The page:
Factories in southern Vietnam struggle to hire workers

By Le Tuyet   June 12, 2024 | 06:15 am PT
Factories in southern Vietnam struggle to hire workers
Workers seen in a garment factory of Thu Duc City. Photo by VnExpress/Thanh Tung
Many factories in southern Vietnam are having trouble hiring workers since prospective candidates prefer jobs that require low commitment and offer flexibility.

Vietnam Samho, a footwear supplier to Nike, has needed 1,500 workers in the last two months for its plant in HCMC’s outlying Cu Chi District but has been able to recruit only 300.

"It is stressful to be a human resources employee these days as hiring is increasingly difficult", Nguyen Thanh An, chairman of the company’s labor union, said.

An and his team have been traveling around southern Vietnam to hire people at a salary of VND7-8 million (US$275-314) a month. The company is also willing to pay for their transportation to HCMC.

But they have still struggled to complete the hire even as the company’s orders are increasing.

The HCMC Center For Employment Services said last month 49,000 jobs were available but only 8,500 people applied.

Almost 60,000 signed up for unemployment benefits, its data shows.

"There is increasing demand for workers at factories but it is a challenge to find people willing to work," Nguyen Van Hanh Thuc, director of the center, said.

Some companies need thousands of workers and have increased their maximum recruitment age to 40 or 45, but still only a small number of candidates are applying, she added.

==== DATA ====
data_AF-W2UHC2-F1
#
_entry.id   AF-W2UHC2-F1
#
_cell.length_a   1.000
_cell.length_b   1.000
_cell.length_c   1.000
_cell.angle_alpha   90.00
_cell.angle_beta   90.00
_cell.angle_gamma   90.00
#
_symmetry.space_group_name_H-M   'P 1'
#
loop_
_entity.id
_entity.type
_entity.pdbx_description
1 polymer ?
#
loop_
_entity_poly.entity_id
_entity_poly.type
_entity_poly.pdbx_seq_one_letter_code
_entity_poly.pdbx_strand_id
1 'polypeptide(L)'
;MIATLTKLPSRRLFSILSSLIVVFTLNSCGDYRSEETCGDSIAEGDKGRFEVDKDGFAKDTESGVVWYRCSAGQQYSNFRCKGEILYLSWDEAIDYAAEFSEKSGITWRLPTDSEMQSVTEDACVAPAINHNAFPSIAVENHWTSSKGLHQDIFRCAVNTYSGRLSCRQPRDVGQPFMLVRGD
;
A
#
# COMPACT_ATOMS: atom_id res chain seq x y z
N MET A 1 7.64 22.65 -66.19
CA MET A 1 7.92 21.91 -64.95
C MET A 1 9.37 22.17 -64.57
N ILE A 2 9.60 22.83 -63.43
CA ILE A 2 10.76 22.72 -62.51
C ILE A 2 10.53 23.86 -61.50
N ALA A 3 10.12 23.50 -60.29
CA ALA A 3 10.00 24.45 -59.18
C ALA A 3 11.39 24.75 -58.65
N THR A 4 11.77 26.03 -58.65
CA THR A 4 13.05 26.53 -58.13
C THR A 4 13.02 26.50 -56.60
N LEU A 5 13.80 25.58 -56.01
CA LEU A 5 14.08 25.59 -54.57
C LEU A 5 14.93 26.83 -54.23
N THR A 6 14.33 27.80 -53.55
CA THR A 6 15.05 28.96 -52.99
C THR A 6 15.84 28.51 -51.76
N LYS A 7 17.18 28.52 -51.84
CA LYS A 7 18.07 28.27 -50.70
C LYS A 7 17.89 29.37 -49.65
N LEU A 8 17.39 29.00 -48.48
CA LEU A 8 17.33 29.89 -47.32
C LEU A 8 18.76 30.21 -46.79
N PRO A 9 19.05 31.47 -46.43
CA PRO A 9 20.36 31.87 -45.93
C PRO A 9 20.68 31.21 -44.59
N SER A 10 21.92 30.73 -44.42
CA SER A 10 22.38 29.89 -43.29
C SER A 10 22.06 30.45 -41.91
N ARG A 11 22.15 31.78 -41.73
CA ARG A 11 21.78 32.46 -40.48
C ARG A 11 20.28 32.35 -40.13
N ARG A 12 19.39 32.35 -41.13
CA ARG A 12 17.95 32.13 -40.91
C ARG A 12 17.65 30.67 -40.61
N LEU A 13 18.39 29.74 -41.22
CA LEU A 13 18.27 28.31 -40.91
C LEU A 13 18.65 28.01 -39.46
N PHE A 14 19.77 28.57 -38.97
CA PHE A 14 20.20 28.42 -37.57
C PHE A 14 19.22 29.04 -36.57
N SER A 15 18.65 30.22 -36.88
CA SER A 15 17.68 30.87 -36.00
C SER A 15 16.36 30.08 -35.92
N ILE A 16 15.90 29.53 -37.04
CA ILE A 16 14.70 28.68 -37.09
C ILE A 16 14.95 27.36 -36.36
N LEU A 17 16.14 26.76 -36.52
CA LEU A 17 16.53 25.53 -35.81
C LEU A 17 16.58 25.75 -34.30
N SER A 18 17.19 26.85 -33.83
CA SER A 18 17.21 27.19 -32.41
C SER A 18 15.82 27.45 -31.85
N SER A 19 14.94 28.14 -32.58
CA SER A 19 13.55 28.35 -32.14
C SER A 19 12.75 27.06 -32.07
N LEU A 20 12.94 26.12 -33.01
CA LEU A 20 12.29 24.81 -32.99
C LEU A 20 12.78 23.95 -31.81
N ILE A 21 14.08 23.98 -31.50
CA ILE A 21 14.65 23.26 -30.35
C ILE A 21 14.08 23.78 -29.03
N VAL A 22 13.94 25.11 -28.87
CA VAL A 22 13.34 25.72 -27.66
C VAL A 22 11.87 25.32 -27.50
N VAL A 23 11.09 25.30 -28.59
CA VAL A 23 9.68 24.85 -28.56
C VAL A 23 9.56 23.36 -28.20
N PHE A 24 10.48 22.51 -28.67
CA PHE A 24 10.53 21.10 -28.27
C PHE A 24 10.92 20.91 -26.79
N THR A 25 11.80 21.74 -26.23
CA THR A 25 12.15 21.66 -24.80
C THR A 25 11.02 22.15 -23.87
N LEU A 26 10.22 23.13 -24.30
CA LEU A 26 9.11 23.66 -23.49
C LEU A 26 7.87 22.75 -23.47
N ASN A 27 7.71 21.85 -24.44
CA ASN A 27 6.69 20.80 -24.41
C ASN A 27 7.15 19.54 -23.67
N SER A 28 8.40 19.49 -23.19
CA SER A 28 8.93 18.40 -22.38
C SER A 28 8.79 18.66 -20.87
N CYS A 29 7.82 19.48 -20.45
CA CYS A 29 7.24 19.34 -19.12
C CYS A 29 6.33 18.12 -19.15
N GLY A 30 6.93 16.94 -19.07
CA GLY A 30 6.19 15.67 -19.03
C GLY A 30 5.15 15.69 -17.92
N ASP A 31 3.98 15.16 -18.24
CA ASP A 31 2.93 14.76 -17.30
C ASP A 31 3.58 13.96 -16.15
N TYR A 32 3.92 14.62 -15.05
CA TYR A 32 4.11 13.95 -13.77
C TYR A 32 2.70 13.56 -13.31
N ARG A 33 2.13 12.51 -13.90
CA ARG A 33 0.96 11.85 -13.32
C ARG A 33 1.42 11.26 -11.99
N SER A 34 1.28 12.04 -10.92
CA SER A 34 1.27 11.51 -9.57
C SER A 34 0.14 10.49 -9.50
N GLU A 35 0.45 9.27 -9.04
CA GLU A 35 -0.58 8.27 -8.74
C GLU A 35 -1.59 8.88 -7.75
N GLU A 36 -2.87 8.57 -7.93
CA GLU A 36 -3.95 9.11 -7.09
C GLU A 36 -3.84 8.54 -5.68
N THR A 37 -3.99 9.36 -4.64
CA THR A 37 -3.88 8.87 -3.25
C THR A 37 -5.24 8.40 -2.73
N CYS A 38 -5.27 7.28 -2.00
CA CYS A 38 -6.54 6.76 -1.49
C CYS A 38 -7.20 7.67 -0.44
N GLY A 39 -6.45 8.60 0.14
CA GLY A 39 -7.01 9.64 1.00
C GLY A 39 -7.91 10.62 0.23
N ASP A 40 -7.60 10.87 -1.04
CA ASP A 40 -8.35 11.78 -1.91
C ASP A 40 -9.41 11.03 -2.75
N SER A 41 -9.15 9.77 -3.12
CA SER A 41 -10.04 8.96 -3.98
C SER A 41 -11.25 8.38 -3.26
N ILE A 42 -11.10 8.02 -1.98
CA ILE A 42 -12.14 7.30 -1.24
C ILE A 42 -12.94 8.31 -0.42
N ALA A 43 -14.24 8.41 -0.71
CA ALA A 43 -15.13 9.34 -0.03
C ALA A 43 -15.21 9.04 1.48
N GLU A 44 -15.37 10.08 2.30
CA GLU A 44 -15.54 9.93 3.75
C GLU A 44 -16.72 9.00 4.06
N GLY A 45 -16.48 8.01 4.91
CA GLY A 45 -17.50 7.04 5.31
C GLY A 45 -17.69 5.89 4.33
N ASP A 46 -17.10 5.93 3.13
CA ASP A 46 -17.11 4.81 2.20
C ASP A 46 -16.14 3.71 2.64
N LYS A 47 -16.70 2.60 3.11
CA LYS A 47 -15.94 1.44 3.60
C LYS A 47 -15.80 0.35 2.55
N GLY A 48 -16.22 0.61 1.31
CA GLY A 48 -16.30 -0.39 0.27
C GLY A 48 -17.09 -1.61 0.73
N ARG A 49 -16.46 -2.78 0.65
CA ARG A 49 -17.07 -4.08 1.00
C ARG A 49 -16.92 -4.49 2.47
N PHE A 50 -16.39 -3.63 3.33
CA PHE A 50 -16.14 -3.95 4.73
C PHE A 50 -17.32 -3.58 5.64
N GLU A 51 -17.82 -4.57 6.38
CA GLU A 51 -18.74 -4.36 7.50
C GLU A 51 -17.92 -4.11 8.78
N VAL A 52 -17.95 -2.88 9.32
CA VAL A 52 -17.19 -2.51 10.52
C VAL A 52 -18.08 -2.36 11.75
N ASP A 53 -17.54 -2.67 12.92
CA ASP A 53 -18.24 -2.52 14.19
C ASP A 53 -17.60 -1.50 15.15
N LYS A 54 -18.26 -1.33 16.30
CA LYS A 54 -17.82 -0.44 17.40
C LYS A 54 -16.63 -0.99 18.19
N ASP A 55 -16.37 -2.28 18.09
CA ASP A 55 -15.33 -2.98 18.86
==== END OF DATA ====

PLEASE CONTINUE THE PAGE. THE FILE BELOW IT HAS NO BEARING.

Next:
HCMC’s neighboring industrial localities such as Dong Nai and Binh Duong provinces are also facing similar struggles to recruit workers, especially their garment, footwear and wood products sectors.

Binh Duong data shows that over 3,200 companies sought 41,000 workers in the first five months.

Dong Nai factories last month needed 10,700 workers but there were not enough candidates.

Thuc said young people nowadays prefer jobs with high flexibility such as ride-hailing and delivering.

The increasing number of factories in provinces also dissuade people from moving to big cities where living expenses are higher, she added.

An said there is a perception that rural areas are "safer" after many workers were stuck in cities during the Covid-19 pandemic, and so many choose to live in their hometown.

Nguyen Duc Loc, head of the Institute of Social Life Research, said the changing economy is creating new kinds of jobs which make people feel there is no point in making a long-term commitment to a factory which could lay them off any time.

Many therefore prefer short-term jobs, he said.

"Workers are more selective in choosing a factory now."

Businesses that laid off people quickly in the past would now struggle to hire workers, he added.

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